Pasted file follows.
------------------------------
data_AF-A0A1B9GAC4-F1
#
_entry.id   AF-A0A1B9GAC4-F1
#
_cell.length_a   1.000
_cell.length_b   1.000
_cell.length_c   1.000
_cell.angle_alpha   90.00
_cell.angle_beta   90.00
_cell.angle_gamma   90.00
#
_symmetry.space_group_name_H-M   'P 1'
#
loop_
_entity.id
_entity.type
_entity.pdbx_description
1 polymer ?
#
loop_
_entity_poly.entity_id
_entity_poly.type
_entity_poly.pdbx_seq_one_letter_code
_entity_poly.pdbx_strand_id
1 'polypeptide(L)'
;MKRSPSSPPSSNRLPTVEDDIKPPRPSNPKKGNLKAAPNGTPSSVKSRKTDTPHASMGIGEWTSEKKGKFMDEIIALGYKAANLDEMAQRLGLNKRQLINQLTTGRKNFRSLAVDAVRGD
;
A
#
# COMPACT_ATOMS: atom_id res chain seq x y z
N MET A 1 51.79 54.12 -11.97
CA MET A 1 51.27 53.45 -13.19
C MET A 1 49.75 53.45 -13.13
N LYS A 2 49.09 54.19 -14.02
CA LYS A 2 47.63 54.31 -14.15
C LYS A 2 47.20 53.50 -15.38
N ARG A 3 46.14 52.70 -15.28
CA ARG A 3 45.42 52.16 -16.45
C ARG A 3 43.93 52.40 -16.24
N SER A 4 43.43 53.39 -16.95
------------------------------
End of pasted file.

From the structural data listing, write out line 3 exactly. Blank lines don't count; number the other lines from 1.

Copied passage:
_entry.id   AF-A0A1B9GAC4-F1